Georgiana, how did you come to teach at the university from which you’ve graduated?
Georgiana: I was approached by the director. He told me that they needed an assistant professor and that everyone recommended me. And I said why not, even though ever since I was little I told my mom – who is a teacher – that I’d never want to be a teacher. That’s because I saw how dedicated she was and how much she worked at home to prepare the lessons.
But I accepted the offer because, unlike my mom, who was educating children, here I don’t educate the students, I’m helping them to move forward. That’s how I began to teach and I discovered that I like it. I teach only what I want, only the courses that I like, it’s a pleasant atmosphere, I feel at home because I studied there for four years, my lecturers are now my colleagues, it’s a truly special experience.
How are the relationships at work?
Georgiana: The Dutch are very open to anything new. We’re talking all the time about how we can improve programs, how we can make them better and more attractive. The lecturers have the freedom to prepare the courses as they see fit, as they think best. Last year, in September, I had more to do with the didactic system, when I had to prepare a training course for those who wanted to become lecturers at Fontys.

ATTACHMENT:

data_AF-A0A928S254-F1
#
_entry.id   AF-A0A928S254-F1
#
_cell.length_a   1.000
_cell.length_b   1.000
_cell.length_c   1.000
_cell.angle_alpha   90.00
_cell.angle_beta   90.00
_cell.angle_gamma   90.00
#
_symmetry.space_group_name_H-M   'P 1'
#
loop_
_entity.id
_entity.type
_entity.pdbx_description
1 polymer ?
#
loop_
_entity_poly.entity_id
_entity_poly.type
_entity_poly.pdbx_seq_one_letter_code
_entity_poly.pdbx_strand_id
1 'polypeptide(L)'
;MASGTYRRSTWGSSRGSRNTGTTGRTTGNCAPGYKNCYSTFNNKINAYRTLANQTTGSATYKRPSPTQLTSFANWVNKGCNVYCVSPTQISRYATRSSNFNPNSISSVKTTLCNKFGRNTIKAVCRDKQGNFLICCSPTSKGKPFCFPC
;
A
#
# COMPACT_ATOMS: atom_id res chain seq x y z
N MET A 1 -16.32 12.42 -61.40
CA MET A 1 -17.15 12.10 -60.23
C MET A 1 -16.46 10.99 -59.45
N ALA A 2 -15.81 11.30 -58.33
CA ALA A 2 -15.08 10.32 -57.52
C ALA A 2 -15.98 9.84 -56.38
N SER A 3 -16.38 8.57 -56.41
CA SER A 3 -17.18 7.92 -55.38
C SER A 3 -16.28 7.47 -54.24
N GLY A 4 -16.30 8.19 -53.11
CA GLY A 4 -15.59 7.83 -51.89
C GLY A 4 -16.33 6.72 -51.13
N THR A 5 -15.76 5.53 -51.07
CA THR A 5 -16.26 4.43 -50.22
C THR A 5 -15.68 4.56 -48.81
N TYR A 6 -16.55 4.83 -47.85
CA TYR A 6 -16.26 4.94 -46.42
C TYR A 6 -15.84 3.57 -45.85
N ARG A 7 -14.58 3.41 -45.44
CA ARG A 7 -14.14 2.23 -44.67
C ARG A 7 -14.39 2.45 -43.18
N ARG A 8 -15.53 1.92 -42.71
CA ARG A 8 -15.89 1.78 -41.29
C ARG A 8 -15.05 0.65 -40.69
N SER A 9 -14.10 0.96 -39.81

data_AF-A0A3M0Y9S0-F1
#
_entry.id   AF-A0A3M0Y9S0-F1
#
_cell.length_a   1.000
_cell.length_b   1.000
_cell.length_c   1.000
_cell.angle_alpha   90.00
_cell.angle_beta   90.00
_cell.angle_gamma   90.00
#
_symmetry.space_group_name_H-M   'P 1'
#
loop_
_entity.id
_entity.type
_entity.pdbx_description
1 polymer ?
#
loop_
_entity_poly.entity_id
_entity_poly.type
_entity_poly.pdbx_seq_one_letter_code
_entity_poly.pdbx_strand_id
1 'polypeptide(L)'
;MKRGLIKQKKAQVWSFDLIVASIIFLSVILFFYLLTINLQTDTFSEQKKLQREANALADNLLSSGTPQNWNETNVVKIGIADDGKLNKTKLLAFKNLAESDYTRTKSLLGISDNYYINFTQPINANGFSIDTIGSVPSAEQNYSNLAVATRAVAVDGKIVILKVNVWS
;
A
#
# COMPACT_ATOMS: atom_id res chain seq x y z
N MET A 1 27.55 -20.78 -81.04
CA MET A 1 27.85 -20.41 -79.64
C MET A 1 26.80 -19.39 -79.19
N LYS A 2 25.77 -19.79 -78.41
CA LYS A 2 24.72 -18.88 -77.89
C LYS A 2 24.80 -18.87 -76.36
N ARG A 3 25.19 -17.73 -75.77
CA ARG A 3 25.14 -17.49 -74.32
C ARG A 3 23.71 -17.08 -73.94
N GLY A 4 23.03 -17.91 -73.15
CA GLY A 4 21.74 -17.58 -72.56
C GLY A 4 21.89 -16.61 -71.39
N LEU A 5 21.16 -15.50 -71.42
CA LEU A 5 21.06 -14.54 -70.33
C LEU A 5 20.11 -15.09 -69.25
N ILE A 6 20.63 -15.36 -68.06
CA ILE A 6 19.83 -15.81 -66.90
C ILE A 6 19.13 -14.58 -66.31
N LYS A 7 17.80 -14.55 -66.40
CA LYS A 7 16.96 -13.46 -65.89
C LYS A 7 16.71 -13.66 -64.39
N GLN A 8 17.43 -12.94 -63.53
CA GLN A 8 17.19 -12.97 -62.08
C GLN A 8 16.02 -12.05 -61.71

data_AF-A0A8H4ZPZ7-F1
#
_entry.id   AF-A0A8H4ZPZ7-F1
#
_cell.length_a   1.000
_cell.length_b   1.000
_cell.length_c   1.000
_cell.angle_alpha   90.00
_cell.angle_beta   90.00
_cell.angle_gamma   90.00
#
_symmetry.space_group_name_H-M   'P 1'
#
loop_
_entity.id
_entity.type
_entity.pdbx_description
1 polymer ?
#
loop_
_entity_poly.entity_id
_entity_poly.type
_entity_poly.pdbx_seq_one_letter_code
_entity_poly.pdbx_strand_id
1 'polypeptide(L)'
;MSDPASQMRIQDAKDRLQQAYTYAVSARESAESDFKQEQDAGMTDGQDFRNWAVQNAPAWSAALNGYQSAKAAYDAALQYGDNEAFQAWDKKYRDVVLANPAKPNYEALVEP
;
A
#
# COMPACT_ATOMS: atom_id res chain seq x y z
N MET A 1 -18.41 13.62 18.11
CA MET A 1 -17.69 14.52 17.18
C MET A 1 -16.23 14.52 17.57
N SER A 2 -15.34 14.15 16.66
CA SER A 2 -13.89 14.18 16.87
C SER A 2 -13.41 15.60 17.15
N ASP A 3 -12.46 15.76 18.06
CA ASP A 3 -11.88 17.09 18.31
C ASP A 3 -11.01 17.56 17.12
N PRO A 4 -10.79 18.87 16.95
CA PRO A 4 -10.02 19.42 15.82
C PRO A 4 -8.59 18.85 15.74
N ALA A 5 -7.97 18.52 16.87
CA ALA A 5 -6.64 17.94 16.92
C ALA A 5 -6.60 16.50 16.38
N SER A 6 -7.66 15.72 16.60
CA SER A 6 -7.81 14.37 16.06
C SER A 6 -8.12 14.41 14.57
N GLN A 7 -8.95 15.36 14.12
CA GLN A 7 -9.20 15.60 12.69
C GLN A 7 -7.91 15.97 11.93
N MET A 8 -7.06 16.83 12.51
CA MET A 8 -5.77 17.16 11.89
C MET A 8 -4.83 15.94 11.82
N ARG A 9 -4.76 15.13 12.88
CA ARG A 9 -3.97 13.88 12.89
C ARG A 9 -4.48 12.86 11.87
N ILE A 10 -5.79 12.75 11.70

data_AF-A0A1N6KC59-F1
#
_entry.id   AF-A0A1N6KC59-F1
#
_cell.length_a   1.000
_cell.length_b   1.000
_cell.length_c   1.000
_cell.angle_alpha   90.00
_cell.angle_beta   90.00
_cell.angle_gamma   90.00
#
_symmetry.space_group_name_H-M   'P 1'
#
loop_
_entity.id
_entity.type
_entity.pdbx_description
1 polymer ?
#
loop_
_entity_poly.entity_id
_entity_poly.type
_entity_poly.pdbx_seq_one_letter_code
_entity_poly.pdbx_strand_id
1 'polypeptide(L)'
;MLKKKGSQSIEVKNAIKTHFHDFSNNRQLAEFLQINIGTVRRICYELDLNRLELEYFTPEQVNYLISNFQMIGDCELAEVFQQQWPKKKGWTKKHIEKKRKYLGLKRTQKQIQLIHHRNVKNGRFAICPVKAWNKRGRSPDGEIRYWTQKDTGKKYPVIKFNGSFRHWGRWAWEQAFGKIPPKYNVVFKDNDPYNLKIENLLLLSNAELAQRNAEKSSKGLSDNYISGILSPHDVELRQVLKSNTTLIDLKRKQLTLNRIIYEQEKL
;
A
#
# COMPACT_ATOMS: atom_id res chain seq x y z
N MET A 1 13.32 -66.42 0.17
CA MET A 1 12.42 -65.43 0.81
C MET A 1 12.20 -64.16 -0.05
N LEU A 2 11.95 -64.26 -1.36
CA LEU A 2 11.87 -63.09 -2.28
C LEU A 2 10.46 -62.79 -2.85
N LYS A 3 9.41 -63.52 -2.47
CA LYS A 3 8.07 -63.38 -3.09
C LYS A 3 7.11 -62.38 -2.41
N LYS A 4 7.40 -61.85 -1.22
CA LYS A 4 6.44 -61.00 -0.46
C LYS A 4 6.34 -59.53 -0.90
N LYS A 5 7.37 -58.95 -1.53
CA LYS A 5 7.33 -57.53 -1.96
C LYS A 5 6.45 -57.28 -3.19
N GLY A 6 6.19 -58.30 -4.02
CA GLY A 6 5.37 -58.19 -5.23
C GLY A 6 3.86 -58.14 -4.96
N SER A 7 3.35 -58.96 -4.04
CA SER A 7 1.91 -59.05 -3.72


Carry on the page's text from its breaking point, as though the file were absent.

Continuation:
The relationship with my colleagues is very good. There are both tenured lecturers and assistant professors, like myself, who teach the course as designed by the tenured lecturers. The relationship between these two categories is very open. It doesn’t matter how you go about teaching the course as long as the goals are achieved. And the fact that I was their student and now I’m their colleague doesn’t matter. Of course, in the beginning they would joke and ask me “So, what’s it like to be Bert’s colleague now?” Well, it’s great, I like it! I’ve never felt that they see me as a former student or a novice teacher, I was never treated in a different way, I perceive it as an equal relationship.
Lucreția, you’re involved with the Romanian School in Eindhoven. How did you feel about this change?
Lucreția: Yes, it’s true. Ever since 2014, this has been my workplace, if I can call it like that. It’s a very beautiful challenge. There are children from Romanian and mixed, international families. I’ve worked a lot with them, I’ve experimented during each class, to see how I could pique their interest to learn Romanian. I’ve used play a lot, as it brings out a child’s qualities.
I’m greatly looking forward to Saturdays, but they’re also enjoying coming to our school. Many parents told me they’re happy to see that after a year their children can easily communicate with their neighbors’ children in Bucharest, Cluj, Arad, with their Romanian cousins, with their grandparents. Let’s not forget that for these children Romanian is a foreign language.